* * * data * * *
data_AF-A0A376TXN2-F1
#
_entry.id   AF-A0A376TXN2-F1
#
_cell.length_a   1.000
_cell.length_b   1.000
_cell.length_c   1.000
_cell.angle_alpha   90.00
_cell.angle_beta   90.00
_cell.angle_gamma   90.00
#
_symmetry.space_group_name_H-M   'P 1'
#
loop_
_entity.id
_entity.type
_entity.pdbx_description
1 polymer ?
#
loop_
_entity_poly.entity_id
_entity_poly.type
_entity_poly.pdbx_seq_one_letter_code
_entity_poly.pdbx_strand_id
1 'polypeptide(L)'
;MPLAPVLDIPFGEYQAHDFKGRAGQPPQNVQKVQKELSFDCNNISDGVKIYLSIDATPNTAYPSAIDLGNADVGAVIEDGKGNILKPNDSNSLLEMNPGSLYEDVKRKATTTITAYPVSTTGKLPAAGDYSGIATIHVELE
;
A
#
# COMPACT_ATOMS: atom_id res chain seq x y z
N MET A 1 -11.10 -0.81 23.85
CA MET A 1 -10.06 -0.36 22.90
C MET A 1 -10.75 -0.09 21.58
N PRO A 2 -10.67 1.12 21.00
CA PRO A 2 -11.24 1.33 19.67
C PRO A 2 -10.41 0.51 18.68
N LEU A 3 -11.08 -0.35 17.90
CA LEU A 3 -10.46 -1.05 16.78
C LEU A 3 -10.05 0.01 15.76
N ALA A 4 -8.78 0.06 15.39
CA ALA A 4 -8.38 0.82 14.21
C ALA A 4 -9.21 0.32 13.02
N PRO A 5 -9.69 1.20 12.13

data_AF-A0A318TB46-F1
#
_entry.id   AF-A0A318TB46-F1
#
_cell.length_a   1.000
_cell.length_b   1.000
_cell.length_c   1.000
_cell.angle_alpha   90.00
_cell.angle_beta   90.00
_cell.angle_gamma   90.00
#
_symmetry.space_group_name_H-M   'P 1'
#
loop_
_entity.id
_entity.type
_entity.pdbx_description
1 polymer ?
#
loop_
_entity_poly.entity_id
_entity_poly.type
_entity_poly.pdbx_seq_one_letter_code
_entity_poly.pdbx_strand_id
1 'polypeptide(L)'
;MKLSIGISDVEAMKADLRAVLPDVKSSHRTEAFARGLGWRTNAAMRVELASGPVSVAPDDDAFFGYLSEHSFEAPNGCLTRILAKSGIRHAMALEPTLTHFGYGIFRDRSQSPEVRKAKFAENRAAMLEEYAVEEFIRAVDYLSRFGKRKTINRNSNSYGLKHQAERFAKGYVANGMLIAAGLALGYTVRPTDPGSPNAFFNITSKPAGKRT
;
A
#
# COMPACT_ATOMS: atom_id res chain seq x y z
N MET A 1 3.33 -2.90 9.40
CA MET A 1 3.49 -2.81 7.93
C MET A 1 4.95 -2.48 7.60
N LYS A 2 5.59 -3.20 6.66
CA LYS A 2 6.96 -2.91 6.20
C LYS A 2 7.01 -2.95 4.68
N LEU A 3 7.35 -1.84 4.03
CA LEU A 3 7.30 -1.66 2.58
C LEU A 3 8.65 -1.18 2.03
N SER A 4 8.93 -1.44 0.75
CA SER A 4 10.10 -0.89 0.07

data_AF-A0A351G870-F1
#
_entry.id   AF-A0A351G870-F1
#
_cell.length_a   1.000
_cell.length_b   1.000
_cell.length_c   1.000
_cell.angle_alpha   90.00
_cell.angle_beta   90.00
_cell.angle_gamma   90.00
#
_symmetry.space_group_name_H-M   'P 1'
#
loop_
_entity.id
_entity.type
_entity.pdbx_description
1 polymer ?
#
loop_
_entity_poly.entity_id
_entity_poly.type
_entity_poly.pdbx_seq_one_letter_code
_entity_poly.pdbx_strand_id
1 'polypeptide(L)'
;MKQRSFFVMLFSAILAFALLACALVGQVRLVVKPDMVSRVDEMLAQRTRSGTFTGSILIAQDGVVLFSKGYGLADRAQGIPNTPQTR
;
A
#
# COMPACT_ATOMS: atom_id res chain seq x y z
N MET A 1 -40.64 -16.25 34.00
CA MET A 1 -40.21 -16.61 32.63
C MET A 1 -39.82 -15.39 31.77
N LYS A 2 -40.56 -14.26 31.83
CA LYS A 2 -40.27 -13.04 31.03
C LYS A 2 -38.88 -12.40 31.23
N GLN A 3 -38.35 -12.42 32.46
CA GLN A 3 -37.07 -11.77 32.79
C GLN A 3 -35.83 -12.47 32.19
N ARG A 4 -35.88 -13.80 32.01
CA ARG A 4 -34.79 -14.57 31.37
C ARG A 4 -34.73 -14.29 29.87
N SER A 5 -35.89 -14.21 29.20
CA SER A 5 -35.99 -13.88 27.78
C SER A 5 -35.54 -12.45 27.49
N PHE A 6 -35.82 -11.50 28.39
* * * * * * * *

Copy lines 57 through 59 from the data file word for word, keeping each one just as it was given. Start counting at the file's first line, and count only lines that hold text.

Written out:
loop_
_entity.id
_entity.type